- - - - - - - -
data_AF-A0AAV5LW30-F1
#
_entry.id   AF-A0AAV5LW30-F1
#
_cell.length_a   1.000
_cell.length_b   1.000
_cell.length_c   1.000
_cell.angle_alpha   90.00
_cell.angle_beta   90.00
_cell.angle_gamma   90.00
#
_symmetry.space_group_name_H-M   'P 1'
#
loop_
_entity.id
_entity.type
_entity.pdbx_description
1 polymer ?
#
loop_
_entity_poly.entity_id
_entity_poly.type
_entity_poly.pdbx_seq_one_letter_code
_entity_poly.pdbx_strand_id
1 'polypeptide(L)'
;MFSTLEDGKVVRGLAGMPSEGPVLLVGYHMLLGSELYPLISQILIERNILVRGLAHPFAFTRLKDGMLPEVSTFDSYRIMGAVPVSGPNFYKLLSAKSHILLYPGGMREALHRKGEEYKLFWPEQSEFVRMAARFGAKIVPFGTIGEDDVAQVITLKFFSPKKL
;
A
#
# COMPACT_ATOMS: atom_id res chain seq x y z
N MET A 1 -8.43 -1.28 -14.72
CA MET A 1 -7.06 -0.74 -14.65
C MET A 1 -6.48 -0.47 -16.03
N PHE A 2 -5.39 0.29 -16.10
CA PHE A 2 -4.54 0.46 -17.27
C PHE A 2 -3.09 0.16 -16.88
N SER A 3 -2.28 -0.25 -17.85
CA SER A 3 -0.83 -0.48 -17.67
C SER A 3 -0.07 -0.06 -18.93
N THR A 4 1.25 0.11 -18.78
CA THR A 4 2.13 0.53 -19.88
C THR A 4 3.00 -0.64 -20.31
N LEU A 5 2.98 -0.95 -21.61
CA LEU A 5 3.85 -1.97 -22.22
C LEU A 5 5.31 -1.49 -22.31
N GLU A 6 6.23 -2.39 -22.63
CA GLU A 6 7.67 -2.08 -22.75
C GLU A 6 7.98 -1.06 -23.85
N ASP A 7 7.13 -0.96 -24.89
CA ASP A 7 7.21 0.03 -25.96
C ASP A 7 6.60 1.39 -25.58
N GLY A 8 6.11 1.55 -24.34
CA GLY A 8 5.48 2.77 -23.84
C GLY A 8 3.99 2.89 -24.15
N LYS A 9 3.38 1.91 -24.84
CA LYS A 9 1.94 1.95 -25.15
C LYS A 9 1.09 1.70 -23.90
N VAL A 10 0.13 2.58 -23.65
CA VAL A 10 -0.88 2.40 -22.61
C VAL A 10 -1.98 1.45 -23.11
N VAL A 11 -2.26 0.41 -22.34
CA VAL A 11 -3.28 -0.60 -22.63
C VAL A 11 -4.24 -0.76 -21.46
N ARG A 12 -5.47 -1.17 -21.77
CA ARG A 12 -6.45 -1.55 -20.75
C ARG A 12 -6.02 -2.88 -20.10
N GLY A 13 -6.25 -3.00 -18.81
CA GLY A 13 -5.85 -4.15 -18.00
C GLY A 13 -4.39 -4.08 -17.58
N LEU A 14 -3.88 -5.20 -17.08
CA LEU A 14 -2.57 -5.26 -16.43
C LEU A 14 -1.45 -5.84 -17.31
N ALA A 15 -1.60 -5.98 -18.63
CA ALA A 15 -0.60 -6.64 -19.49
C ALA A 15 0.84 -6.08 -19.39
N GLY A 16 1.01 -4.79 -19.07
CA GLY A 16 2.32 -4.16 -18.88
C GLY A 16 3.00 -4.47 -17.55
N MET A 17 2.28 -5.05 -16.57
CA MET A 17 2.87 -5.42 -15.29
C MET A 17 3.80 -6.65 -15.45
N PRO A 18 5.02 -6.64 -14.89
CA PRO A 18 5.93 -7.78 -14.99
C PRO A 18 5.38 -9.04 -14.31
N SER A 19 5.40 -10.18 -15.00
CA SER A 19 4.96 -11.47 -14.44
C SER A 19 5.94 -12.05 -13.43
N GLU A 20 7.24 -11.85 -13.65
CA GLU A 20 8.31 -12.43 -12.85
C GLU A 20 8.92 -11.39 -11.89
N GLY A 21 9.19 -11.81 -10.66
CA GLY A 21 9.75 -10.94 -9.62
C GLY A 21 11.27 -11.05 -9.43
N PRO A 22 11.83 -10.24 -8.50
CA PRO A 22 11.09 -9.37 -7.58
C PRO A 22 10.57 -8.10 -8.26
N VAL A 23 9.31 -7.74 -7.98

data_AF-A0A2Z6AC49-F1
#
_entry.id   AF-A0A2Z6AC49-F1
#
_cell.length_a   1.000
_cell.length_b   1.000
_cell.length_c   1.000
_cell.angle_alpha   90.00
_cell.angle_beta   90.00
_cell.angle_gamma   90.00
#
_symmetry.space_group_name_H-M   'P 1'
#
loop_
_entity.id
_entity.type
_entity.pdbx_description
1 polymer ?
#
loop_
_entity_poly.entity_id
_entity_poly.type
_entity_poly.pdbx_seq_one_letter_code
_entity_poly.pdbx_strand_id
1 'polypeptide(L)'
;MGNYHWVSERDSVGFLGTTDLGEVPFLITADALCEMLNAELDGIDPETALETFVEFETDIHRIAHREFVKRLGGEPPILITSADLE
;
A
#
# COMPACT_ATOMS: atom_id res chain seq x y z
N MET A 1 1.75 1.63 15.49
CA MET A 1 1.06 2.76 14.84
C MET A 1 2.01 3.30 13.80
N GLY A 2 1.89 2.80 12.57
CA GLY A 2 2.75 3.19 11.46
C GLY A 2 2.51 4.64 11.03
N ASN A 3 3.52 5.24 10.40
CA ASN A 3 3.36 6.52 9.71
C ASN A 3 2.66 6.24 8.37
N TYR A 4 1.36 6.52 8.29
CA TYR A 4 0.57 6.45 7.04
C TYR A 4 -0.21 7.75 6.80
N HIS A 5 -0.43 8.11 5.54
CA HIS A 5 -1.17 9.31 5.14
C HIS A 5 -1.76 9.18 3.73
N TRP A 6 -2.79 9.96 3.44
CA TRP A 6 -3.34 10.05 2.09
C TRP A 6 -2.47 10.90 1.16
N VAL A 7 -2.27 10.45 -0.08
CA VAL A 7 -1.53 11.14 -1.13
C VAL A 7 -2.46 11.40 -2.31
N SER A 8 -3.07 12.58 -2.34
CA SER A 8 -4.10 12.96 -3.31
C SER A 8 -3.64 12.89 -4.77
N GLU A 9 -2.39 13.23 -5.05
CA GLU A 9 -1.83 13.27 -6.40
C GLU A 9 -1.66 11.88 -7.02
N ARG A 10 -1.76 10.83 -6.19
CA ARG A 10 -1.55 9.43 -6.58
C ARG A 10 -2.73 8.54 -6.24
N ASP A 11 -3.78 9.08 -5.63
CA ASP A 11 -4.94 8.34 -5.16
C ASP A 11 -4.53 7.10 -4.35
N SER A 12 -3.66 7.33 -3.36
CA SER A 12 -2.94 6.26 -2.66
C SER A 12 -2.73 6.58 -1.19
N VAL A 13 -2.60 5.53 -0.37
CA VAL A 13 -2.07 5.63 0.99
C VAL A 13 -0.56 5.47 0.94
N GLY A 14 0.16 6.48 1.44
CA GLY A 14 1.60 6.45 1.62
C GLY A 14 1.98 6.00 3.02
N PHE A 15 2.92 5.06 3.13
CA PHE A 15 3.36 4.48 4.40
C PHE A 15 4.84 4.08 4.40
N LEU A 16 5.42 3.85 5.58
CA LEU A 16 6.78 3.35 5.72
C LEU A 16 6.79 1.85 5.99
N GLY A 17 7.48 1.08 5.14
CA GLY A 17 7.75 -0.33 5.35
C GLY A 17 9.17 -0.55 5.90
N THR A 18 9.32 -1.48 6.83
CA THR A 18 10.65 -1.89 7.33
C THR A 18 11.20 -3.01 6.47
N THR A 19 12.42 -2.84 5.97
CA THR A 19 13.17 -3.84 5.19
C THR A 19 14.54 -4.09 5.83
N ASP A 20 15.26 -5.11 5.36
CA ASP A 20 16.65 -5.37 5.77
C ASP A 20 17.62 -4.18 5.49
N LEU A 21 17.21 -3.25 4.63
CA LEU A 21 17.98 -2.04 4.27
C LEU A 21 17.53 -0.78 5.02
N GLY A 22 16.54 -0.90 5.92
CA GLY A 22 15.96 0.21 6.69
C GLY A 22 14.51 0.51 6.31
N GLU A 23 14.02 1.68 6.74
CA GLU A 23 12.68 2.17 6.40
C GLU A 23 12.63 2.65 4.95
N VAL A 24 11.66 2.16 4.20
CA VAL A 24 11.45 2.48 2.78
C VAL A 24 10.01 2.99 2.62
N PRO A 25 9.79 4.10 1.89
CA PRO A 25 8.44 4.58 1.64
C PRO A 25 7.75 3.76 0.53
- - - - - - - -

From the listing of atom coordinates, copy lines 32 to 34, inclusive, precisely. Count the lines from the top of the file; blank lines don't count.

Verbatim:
CA MET A 1 -7.06 -0.74 -14.65
C MET A 1 -6.48 -0.47 -16.03
N PHE A 2 -5.39 0.29 -16.10